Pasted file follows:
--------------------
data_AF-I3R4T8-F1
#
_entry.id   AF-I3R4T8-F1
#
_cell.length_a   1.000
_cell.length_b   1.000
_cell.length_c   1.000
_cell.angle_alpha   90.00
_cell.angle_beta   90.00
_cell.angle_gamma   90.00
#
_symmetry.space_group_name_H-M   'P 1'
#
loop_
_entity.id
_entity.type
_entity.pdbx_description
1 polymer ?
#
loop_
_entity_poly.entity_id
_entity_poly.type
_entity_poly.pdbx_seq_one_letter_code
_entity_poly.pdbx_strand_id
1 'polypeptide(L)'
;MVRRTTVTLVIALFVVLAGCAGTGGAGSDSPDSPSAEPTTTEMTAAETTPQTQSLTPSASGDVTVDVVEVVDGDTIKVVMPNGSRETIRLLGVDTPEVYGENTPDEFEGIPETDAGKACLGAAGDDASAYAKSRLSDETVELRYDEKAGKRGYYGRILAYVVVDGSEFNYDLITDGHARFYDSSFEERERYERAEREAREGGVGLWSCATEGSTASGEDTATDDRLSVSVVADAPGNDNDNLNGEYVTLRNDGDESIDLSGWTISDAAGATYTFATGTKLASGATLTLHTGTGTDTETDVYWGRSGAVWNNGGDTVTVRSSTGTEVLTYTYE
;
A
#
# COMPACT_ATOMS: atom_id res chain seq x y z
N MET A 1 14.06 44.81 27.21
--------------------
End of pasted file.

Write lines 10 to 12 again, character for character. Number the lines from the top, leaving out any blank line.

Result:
_cell.angle_gamma   90.00
#
_symmetry.space_group_name_H-M   'P 1'